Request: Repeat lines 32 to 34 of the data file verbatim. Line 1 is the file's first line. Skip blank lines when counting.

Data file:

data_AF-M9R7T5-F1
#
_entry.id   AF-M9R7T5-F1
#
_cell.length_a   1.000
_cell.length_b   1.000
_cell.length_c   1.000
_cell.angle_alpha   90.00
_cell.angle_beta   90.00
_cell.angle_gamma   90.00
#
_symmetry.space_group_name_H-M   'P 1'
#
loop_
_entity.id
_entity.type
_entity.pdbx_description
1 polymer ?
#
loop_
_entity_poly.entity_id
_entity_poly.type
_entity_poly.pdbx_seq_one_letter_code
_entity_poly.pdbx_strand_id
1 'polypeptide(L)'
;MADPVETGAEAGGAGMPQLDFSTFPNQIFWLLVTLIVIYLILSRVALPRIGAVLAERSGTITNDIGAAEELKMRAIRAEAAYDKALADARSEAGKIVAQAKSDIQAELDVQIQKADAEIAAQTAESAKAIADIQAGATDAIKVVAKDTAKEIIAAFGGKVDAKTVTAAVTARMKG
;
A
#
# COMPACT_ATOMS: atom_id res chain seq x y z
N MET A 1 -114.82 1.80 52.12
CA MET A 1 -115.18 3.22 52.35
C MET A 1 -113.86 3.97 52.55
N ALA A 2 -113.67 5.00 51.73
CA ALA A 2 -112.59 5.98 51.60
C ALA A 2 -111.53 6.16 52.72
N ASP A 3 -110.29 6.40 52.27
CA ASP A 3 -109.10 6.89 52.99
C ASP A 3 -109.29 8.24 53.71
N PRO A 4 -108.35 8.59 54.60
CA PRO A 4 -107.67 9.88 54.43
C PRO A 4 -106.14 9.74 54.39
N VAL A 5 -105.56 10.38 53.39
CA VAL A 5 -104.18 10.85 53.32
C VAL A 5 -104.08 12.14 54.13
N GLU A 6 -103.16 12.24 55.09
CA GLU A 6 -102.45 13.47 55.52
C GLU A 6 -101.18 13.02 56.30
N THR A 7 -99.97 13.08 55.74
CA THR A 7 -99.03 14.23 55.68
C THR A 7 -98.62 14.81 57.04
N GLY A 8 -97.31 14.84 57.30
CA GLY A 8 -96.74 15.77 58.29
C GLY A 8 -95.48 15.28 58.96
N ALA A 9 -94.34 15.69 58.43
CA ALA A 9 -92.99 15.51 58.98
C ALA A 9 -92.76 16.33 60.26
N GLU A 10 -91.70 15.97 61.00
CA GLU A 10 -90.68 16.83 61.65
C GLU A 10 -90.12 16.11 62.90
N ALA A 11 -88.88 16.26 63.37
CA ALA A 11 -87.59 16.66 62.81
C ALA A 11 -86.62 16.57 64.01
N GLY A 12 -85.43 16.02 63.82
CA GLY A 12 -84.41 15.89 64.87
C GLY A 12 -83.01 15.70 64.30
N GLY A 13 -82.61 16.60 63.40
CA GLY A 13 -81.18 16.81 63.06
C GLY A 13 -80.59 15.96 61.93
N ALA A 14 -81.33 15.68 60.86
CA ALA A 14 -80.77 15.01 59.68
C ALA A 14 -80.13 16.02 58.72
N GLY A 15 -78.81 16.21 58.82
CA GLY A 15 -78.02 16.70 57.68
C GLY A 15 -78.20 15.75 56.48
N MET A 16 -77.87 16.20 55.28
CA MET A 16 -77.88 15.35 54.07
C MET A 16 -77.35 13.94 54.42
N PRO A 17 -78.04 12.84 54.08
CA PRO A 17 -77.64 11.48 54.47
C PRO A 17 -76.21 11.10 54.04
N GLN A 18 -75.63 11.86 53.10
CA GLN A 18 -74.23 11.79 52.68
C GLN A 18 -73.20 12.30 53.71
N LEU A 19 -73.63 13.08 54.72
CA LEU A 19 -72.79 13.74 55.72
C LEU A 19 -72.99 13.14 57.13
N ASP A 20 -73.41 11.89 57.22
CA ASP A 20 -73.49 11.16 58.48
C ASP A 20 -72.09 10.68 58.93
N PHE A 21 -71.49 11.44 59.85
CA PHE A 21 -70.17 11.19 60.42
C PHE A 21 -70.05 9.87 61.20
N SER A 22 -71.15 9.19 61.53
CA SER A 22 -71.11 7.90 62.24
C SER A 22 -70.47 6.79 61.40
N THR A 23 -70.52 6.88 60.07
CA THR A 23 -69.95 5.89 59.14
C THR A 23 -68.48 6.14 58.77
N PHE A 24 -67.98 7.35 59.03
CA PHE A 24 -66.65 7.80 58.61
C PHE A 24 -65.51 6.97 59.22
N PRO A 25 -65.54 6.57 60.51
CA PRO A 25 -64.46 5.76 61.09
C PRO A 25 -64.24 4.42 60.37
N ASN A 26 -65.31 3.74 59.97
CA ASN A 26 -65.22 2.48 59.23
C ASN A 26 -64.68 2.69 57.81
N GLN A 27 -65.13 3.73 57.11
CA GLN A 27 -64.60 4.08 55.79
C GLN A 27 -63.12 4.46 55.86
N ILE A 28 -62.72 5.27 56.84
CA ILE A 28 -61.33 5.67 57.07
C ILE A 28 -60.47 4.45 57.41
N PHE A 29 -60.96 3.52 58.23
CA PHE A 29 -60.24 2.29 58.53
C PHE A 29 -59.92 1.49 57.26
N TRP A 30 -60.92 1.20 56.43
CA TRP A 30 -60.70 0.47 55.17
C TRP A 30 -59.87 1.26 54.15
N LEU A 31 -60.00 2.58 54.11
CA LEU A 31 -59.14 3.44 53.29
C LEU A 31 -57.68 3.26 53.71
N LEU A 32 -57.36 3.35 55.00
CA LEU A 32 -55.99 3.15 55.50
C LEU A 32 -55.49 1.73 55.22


CA MET A 1 -115.18 3.22 52.35
C MET A 1 -113.86 3.97 52.55
N ALA A 2 -113.67 5.00 51.73